The field sobriety tests are designed and administered to avoid the shortcomings of casual observation. 1 Am. J. Crim. L. 96 (1967). Since they consist of precise body movements, a greater degree of coordination is required than routine standing or walking. Thus they broaden the officer's observation of the defendant and enhance the basis and reliability of his opinion as to whether the driver's performance has been adversely affected by intoxicating liquor. C. McCormick et al., Evidence 209 (2d ed. 1972). Admittedly the results of the field sobriety tests do not possess the scientific reliability or the same degree of certitude attributed to the chemical analysis of the alcoholic blood content by a breathalyzer or other such methods. See R. Erwin, Defense of Drunk Driving Cases 8.12 (3rd ed. 1974); 52 Cornell L. Q. 323, 324 (1967).
"In this [S]tate [however] evidence does not have to be infallible to be admissible. If it is of aid to a judge or jury, its deficiencies or weaknesses are a matter of defense which affect the weight of the evidence but does not determine its admissibility." State v. Roberts, 102 N.H. 414, 416, 158 A.2d 458, 460 (1960); State v. LaFountain, 108 N.H. 219, 221, 231 A.2d 635, 637 (1967). We hold that in each of these cases the opinion of the police officer as to the intoxication of the defendant, and its basis, including the field sobriety tests administered before his arrest, are competent evidence even though they bear on a main issue, that is, whether the defendant was driving under the influence of intoxicating liquor. Perreault v. Company, 87 N.H. 306, 310, 179 A. 365, 368 (1935); C. McCormick, supra 12.
Defendants also maintain that the field sobriety tests infringe on their privilege against self-incrimination. U.S. CONST. amend. V; N.H. CONST. pt. I, art. 15. Historically this privilege originated as a reaction to the practice in the early English courts of compelling a witness to be sworn and give testimony concerning his guilt. 8 J. Wigmore, Evidence 2250 (McNaughton rev. 1961, Supp. 1972); C. McCormick et al., Evidence 114-17 (2d ed. 1972). "In the light of this history the textwriters and the overwhelming majority of the courts have limited the scope of the privilege to. . . `testimonial compulsion,' i.e., `compulsion to do those things which a witness would by traditional judicial processes be required to do.'" State v. King, 44 N.J. 346, 357, 209 A.2d 110, 116 (1965). Under the fifth amendment of the Federal Constitution "the privilege protects an accused only from being compelled to testify against himself, or otherwise provide the State with evidence of a testimonial or communicative nature . . . ." Schmerber v. California, 384 U.S. 757, 761 (1966).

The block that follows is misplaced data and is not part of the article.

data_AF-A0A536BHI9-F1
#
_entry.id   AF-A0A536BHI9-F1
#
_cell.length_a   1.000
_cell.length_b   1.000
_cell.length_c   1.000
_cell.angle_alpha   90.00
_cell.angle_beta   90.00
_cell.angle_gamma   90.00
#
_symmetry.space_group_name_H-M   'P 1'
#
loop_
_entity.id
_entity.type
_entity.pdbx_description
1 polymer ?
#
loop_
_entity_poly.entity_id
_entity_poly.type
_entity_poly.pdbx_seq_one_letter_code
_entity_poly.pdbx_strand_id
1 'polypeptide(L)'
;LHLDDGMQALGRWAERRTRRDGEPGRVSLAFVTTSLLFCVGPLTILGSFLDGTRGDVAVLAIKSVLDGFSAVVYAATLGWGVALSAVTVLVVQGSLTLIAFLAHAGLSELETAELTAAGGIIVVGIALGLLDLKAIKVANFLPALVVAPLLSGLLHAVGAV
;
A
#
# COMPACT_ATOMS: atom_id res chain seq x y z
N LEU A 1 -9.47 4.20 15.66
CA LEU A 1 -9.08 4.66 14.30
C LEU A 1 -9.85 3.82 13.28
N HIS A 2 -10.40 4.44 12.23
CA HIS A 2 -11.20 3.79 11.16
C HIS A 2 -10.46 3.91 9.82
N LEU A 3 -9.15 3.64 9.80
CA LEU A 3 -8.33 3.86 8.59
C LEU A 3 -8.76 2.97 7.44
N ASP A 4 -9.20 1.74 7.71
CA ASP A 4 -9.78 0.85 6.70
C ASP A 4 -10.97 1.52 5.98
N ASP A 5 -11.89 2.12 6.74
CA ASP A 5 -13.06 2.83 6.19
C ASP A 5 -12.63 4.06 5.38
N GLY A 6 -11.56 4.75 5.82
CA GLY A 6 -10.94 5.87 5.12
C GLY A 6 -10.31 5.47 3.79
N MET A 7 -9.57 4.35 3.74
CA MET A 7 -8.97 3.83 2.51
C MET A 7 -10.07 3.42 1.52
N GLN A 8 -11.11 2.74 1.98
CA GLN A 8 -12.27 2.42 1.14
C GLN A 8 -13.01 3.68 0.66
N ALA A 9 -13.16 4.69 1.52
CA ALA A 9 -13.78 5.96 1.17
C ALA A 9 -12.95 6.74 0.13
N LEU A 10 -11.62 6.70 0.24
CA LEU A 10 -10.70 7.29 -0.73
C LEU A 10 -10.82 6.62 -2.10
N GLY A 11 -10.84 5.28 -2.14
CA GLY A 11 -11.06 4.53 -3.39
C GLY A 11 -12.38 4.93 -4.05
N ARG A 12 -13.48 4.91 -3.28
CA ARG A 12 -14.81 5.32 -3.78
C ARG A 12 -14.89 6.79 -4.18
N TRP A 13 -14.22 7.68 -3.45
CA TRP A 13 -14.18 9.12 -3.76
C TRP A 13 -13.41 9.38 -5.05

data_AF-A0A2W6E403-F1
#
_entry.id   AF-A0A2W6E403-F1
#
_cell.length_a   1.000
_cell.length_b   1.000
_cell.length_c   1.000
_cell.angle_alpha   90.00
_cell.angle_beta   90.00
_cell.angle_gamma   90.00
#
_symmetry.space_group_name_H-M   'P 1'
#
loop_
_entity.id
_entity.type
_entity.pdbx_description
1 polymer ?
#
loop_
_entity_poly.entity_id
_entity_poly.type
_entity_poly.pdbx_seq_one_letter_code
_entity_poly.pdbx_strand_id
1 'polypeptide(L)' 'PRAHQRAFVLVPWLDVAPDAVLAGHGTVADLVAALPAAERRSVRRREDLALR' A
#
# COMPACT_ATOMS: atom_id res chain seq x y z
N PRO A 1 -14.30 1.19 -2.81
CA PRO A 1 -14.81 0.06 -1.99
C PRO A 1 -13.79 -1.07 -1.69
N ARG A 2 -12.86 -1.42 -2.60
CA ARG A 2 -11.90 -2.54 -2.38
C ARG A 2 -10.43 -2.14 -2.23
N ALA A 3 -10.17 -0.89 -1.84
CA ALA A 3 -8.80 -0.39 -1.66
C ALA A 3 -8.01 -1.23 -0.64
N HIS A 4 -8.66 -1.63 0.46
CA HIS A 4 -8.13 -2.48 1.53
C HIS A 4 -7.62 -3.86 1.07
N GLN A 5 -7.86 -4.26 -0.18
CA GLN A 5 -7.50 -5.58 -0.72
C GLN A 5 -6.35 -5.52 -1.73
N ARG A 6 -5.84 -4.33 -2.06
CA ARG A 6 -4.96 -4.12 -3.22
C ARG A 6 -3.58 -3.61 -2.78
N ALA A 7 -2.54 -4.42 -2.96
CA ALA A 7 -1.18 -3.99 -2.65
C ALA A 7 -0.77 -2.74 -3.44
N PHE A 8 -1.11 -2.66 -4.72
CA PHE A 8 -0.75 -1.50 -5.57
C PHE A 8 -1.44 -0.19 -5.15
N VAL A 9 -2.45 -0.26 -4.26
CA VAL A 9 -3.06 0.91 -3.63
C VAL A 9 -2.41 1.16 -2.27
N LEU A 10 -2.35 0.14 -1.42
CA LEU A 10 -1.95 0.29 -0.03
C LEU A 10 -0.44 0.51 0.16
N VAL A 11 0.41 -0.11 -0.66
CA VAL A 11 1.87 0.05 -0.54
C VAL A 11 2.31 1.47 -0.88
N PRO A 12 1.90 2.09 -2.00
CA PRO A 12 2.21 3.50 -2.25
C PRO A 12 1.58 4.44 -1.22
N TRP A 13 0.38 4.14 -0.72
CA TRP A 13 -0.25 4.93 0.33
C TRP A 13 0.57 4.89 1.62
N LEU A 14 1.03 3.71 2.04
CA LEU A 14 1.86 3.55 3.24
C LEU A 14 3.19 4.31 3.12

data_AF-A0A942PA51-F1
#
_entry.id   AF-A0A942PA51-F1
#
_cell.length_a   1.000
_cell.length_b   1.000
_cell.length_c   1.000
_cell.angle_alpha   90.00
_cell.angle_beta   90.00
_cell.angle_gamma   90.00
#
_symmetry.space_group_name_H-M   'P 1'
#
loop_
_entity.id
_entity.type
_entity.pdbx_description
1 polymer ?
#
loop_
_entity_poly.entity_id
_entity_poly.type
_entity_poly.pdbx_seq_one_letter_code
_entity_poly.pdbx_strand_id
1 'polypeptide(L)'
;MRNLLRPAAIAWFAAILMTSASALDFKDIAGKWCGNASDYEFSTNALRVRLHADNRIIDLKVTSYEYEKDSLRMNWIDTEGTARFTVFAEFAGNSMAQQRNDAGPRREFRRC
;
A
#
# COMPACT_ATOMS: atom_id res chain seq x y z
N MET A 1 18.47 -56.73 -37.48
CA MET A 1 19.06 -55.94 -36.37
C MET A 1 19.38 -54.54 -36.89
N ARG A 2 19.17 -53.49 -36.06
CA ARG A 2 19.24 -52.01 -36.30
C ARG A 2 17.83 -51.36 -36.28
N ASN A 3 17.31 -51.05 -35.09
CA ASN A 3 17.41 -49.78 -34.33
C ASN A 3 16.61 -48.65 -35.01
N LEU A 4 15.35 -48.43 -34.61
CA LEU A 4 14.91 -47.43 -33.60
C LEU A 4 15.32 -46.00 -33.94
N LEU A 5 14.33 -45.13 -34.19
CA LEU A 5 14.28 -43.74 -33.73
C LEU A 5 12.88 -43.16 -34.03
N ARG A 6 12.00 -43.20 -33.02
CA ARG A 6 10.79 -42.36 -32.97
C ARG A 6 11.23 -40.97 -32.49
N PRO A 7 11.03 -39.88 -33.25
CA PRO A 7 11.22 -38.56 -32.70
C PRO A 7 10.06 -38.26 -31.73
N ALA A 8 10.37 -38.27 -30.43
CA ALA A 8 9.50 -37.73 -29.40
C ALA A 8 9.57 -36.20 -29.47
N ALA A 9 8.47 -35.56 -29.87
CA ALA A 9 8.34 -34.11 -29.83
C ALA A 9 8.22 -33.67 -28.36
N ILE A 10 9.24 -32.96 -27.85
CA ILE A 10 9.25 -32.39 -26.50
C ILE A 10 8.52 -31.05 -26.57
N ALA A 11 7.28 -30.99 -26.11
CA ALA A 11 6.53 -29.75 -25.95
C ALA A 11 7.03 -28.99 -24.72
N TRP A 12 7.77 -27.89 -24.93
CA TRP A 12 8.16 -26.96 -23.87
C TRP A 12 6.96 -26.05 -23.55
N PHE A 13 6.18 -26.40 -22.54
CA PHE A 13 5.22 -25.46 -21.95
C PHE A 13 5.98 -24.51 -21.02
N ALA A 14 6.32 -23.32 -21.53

Defendants have adverted to a difference in the language of article 15, part 1 of our State constitution which reads: "No subject shall. . . be compelled to accuse or furnish evidence against himself." It is commonly held that the "variety of constitutional or statutory phrasing neither enlarges nor narrows the scope of the privilege as developed in the common law." 8 J. Wigmore, supra 2252, at 326. Sharing that view, this court has stated that the privilege under our State constitution is "one against testimonial compulsion only, and that it is inapplicable . . . where the evidence is real rather than testimonial." State v. Sturtevant, 96 N.H. 99, 103, 70 A.2d 909, 911-12 (1950).
Accordingly under neither the Federal nor our State constitution does the privilege protect the accused from compulsion which makes him the source of real or physical evidence. Without violating this privilege, he can be subjected to the withdrawal of blood and the admission in evidence of the result of its analysis (Schmerber v. California, 384 U.S. 757 (1966)); or required to wear a disguise and speak the words of the perpetrator of a crime (United States v. Wade, 388 U.S. 218 (1967)); or to submit a handwriting exemplar (Gilbert v. California, 388 U.S. 263 (1967)); or a voice exemplar (United States v. Dionisio, 410 U.S. 1 (1973)). Compelling a defendant to stand, to assume a position, to walk, or to make a particular gesture, as well as numerous other activities where the accused has been the source of real evidence or subjected to testing have also been found to be unprotected by that privilege. 3 F. Wharton, Criminal Evidence 624, at 211-25 (13th ed. 1973, Supp. 1974).
The field sobriety tests challenged here are of a similar nature. They are premised upon the relationship between intoxication and the externally manifested loss of coordination which it causes. These tests do not seek to compel from the defendant any knowledge he might have (Piqua v. Hinger, 15 Ohio St.2d 110, 238 N.E.2d 766 (1968)); nor do they involve the defendant's communicative faculties in any way. State v. Faidley, 202 Kan. 517, 450 P.2d 20 (1969). They only compel him to exhibit his physical characteristics of coordination. B. Freeman, Drunk Driving Cases: Prosecution and Defense 519, 537 (1970). Thus the field sobriety tests do not constitute testimonial compulsion but are merely a source of real or physical evidence and are not within the privilege against self-incrimination. Consequently the rule of Miranda v. Arizona, 384 U.S. 436 (1966), is not involved.
The evidence of the field sobriety tests is therefore competent and admissible. The cases of Farrell, Snow and Lahar are remanded to the superior court and the case of Arsenault is remanded to the Salem District Court.
Exceptions overruled; remanded.